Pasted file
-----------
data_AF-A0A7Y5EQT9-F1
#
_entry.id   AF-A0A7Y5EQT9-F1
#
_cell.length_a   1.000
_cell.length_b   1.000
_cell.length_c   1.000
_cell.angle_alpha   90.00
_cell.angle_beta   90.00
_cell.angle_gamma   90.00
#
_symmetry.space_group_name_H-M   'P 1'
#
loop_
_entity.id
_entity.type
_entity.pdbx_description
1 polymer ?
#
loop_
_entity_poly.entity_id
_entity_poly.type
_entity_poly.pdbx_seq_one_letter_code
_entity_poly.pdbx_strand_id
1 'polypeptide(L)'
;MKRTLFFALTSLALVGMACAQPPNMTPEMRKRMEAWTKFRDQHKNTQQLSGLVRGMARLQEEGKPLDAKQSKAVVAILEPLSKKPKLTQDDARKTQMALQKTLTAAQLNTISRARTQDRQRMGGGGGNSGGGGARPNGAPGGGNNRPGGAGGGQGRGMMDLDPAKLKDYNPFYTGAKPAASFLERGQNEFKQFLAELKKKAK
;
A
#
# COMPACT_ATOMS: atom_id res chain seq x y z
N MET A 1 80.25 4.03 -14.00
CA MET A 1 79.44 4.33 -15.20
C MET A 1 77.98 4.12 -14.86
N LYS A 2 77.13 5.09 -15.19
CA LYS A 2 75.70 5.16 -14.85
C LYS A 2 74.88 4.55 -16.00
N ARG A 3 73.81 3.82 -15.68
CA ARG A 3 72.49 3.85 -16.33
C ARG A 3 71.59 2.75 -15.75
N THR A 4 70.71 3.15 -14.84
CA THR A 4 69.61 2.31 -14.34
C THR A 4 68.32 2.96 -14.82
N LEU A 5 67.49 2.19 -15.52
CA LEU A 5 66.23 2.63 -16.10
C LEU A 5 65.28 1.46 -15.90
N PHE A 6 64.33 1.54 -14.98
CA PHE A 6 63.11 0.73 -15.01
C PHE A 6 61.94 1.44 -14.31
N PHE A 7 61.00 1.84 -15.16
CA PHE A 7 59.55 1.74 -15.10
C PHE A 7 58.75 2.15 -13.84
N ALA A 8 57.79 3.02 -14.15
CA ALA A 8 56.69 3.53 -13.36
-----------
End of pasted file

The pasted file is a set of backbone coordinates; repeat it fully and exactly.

data_AF-A0A7Y5EQT9-F1
#
_entry.id   AF-A0A7Y5EQT9-F1
#
_cell.length_a   1.000
_cell.length_b   1.000
_cell.length_c   1.000
_cell.angle_alpha   90.00
_cell.angle_beta   90.00
_cell.angle_gamma   90.00
#
_symmetry.space_group_name_H-M   'P 1'
#
loop_
_entity.id
_entity.type
_entity.pdbx_description
1 polymer ?
#
loop_
_entity_poly.entity_id
_entity_poly.type
_entity_poly.pdbx_seq_one_letter_code
_entity_poly.pdbx_strand_id
1 'polypeptide(L)'
;MKRTLFFALTSLALVGMACAQPPNMTPEMRKRMEAWTKFRDQHKNTQQLSGLVRGMARLQEEGKPLDAKQSKAVVAILEPLSKKPKLTQDDARKTQMALQKTLTAAQLNTISRARTQDRQRMGGGGGNSGGGGARPNGAPGGGNNRPGGAGGGQGRGMMDLDPAKLKDYNPFYTGAKPAASFLERGQNEFKQFLAELKKKAK
;
A
#
# COMPACT_ATOMS: atom_id res chain seq x y z
N MET A 1 80.25 4.03 -14.00
CA MET A 1 79.44 4.33 -15.20
C MET A 1 77.98 4.12 -14.86
N LYS A 2 77.13 5.09 -15.19
CA LYS A 2 75.70 5.16 -14.85
C LYS A 2 74.88 4.55 -16.00
N ARG A 3 73.81 3.82 -15.68
CA ARG A 3 72.49 3.85 -16.33
C ARG A 3 71.59 2.75 -15.75
N THR A 4 70.71 3.15 -14.84
CA THR A 4 69.61 2.31 -14.34
C THR A 4 68.32 2.96 -14.82
N LEU A 5 67.49 2.19 -15.52
CA LEU A 5 66.23 2.63 -16.10
C LEU A 5 65.28 1.46 -15.90
N PHE A 6 64.33 1.54 -14.98
CA PHE A 6 63.11 0.73 -15.01
C PHE A 6 61.94 1.44 -14.31
N PHE A 7 61.00 1.84 -15.16
CA PHE A 7 59.55 1.74 -15.10
C PHE A 7 58.75 2.15 -13.84
N ALA A 8 57.79 3.02 -14.15
CA ALA A 8 56.69 3.53 -13.36